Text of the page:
EFFECTS OF TEXT MARKERS AND FAMILIARITY ON COMPONENT STRUCTURES OF TEXT-BASED REPRESENTATIONS
Davis, Marcia Hardisky
Guthrie, John T.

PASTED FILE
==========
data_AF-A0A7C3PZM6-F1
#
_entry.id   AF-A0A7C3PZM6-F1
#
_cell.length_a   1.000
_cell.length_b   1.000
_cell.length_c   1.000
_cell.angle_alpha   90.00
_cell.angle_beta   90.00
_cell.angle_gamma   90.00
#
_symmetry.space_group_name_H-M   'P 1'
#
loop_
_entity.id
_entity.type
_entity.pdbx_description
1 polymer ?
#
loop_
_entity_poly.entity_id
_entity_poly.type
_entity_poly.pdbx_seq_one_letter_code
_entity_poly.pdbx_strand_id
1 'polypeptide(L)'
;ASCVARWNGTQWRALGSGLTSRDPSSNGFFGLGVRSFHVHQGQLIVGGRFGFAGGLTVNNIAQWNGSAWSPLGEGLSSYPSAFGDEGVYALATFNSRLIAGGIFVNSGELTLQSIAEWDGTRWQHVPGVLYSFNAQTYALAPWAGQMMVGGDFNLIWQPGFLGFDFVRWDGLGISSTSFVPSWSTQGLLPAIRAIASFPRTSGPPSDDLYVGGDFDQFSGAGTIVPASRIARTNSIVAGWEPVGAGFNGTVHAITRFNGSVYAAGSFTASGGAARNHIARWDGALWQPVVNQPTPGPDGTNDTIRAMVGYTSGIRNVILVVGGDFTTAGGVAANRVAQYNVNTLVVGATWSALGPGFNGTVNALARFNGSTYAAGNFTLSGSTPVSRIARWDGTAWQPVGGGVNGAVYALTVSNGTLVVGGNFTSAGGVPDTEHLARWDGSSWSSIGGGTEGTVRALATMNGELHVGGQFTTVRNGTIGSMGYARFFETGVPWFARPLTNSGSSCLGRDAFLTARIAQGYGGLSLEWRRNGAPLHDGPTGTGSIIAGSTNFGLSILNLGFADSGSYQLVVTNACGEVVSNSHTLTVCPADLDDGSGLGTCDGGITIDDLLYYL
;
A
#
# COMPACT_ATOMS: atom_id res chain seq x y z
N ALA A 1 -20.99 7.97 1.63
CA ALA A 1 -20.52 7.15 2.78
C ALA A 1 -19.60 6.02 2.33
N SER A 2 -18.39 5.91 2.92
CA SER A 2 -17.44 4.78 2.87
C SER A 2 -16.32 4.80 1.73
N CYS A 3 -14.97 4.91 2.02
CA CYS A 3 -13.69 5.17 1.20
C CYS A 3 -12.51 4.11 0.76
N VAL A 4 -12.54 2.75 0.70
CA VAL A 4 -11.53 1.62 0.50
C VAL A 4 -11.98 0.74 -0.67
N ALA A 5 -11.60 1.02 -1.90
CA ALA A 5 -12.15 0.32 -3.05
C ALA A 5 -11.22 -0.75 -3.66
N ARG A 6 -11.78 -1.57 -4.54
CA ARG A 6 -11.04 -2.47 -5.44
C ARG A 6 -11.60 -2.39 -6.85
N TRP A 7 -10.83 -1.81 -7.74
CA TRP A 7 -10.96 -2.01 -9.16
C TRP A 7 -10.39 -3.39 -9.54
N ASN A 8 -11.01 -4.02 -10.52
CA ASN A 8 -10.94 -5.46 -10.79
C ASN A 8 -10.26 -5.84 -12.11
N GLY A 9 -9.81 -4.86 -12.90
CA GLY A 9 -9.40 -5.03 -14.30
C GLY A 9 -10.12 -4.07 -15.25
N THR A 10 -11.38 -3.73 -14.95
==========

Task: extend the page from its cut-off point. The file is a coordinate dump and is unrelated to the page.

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Reading theorists agree that the outcome of reading comprehension is a text representation (Gernsbacher, Varner, & Faust, 1990; Kintsch, 1998). To measure reading comprehension, however, many use testing formats such as multiple-choice and short answer, that have been shown to provide very little information about the text representations created during reading (Kintsch & Kintsch, 2005). A different type of format, proximity measures, is a promising measure for text based representations, although few studies have examined the validity of this type of comprehension measure. The current dissertation addressed this issue by creating a proximity measure named the Passage Comprehension for Structured Text (PCST) and by examining the validity of the PCST through experimental manipulations on the text. This investigation tested the comprehension of 236 ninth-grade students with the PCST. Students were asked to read a short text followed by a computer task where the students rated the similarity of 11 concepts. Two components were extracted from the PCST, the textbase component and the situation model component. Text manipulations included changes in text coherence and familiarity. It was hypothesized that a coherence manipulation should have an effect on the textbase component and a familiarity manipulation should have an effect on the situation model component. Further, both manipulations should influence the strength of the factor that determines the scores on these components. A multivariate analysis of variance was used to compare the conditions. Results confirmed that students with coherent text outperformed students with incoherent text on the textbase component and students with familiar text outperformed students with unfamiliar text on the situation model component. Confirmatory factor analysis was used to further explore the effect of text manipulations on the structure of the PCST components. Results indicated that there was a stronger factor for the situation model component when the text was familiar compared to when the text was unfamiliar. Limited evidence suggests that there was also a stronger factor for the textbase component when the text included macrosignals compared to when the text did not include macrosignals.